There were few voices of protest when convoys of whiteboards swept into British schools in the 1990s, sending the blackboard either tumbling into the skip or off to lead a new and arguably quieter life as the "today's specials" menu in a local pub.
Whiteboard salespeople had an easy pitch: no more chalk dust, brighter classrooms, a more modern décor, no more screeching of teacher nails catching on board.
But not all teachers fell for the sales patter. One senior geography teacher at my first school had spent his whole professional life learning and perfecting the art of chalkmanship. He likened the whiteboard invasion to the arrival of white settlers in the Americas – the blinkered, commercially driven ruination of a whole way of life.
He fiercely clung on to the blackboard in his classroom long after the rest of the school had been converted to the new faith. I could understand why. His boardwork was brilliant. He used to spend many an hour chalking up – purely from memory – his own intricate maps and diagrams.
His “Australia” was a particular masterpiece, using a rich range of colours to shade different kinds of terrain. A heavier chalk application highlighted key points on the map, a lighter touch for additional features, coastlines edged with a radiant blue.
Despite admiring this skill and finesse, I naturally assumed – as a young teacher – that all such defenders of the blackboard were sadly behind the times. Surely the new must be better than the old, I thought. After all, the new whiteboards and marker pens just looked, smelt and felt so much smoother and slicker. It followed that they had to be better educationally, too, right?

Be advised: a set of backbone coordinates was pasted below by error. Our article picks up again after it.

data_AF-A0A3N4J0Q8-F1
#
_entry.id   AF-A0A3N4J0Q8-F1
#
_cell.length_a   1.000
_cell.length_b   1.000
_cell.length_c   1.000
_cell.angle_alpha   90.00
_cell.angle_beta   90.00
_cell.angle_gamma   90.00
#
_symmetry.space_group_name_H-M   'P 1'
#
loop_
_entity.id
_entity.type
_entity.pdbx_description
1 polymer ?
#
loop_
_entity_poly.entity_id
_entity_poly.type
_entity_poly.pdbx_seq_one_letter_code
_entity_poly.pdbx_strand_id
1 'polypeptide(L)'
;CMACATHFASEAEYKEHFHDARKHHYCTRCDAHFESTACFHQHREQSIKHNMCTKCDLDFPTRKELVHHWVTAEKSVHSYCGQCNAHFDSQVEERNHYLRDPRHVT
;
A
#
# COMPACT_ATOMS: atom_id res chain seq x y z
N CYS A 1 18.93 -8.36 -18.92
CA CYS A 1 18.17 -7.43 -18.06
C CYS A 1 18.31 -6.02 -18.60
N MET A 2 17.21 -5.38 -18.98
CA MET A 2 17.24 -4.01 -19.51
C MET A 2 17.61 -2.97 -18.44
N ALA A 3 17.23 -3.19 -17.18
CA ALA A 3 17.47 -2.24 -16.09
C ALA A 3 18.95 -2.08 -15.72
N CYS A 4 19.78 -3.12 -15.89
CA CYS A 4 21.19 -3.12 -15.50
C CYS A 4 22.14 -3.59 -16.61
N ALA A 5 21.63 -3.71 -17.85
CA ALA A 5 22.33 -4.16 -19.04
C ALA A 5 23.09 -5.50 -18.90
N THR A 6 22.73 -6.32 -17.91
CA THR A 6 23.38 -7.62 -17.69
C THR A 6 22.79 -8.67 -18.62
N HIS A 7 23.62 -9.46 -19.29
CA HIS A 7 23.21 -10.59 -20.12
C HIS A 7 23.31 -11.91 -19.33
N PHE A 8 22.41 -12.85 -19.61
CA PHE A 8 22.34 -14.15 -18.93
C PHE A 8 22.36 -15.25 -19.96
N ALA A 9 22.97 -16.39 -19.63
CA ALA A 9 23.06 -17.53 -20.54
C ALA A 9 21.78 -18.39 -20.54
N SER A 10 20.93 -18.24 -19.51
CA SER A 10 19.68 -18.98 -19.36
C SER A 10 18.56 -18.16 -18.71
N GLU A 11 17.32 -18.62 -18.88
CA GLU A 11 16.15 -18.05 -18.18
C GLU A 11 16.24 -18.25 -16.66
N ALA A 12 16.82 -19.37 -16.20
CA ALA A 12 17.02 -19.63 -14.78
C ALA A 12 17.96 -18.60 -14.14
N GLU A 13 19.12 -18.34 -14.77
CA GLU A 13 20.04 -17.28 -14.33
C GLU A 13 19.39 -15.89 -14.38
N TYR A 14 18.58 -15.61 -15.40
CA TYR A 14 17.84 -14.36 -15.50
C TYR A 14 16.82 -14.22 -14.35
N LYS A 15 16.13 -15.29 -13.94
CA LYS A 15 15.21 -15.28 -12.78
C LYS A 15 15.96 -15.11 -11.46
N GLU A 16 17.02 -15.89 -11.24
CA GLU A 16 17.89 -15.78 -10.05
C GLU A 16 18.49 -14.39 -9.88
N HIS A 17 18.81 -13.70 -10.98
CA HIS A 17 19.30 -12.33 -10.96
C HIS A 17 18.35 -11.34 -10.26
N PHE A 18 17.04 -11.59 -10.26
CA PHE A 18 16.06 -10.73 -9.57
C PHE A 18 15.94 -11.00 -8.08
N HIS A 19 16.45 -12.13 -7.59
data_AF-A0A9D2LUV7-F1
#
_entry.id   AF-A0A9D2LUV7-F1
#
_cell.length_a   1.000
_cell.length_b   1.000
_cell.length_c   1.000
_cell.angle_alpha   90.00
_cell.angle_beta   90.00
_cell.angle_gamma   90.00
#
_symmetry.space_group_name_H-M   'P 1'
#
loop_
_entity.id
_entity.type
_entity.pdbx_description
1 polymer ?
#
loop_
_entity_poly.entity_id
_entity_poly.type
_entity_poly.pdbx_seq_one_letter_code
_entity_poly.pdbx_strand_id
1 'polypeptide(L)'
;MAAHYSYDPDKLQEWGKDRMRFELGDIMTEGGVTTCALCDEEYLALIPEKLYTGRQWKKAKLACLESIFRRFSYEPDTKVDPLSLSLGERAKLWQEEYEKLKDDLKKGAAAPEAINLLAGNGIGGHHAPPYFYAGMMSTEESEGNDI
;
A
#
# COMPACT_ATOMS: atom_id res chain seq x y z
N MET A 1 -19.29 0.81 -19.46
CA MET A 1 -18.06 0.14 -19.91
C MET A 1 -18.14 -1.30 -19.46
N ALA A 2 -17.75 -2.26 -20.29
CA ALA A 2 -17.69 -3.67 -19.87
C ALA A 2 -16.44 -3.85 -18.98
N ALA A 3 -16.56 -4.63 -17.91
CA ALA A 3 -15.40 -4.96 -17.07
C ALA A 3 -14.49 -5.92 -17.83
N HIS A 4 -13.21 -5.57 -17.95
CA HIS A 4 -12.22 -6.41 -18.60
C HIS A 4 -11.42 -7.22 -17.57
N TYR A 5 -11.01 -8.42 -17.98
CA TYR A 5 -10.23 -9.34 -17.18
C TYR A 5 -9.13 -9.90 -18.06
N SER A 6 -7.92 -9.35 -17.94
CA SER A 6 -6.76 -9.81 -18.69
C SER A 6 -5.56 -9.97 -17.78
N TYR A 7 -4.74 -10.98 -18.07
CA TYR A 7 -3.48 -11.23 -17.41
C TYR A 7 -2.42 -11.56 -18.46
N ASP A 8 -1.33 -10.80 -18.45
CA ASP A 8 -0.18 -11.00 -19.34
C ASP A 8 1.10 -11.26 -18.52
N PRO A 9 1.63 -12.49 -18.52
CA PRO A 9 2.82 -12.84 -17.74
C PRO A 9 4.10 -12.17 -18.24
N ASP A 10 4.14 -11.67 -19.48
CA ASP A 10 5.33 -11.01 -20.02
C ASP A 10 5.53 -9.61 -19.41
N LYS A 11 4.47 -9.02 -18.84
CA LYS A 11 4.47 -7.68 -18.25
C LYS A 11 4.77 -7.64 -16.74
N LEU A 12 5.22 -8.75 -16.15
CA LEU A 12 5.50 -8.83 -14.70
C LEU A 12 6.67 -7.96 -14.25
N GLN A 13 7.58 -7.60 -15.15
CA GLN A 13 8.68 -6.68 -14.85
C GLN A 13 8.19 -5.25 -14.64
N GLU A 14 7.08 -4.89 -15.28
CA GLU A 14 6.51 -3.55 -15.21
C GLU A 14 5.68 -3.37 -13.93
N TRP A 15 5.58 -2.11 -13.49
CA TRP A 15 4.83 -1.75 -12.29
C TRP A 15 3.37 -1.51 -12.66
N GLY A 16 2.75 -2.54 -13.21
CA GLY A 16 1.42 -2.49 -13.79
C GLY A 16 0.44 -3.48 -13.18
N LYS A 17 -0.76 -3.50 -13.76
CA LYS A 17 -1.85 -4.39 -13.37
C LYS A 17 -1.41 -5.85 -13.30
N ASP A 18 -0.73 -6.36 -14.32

Beyond the white cliffs
With hindsight, I am not so sure. Instead of opting for whiteboards, maybe the better (and much cheaper) new technology to have gone for was powderless chalk. This need not have stood in the way of other new (and more obviously beneficial) classroom technology. Blackboards are still common in Germany and in many other European countries, positioned happily alongside modern classroom projector screens and accompanying digital technology.
It's not really about bringing back those beautifully drawn maps of Australia. Google images will do for all of that. But the case for the blackboard does not rest there. Many who have used both white- and blackboards also argue that the sound of chalk on board had more impact and carried more gravitas. Blackboards enabled the teacher to make various tip, tap and thudding noises while writing, varying the emphasis for effect, and using the chalk and board almost as a musical instrument. In contrast, a pen on a whiteboard merely generates an irritating superficial squeak.
Chalk was also much lower maintenance than the board-marker pen. Teachers could trust chalk not to cheat on them. It did not regularly dry up or run out on them without warning. Teachers knew just where they stood. Chalk was also a lot cheaper for school budgets and better for the environment.
And while blackboards could be difficult to clean, this problem was as nothing compared with the gathering greyness and ghostly residual writing that soon haunts all whiteboards – not to mention the common disaster of someone accidentally applying a permanent marker pen.
After a troubled relationship lasting many years, I, for one, have decided to dump the whiteboard and pen. Good riddance to them. Equally, I cannot really see the blackboard making a comeback anytime soon.
So everything I or the students want to present to the class now goes up via the computer keyboard onto the classroom projector screen. It’s not as personal and it has its drawbacks, but life has got a lot easier since I finally broke off with pen and whiteboard. So I now depend almost exclusively on the computer and projector. What could possibly go wrong?
Stephen Petty is head of humanities at Lord Williams’s School in Thame, Oxfordshire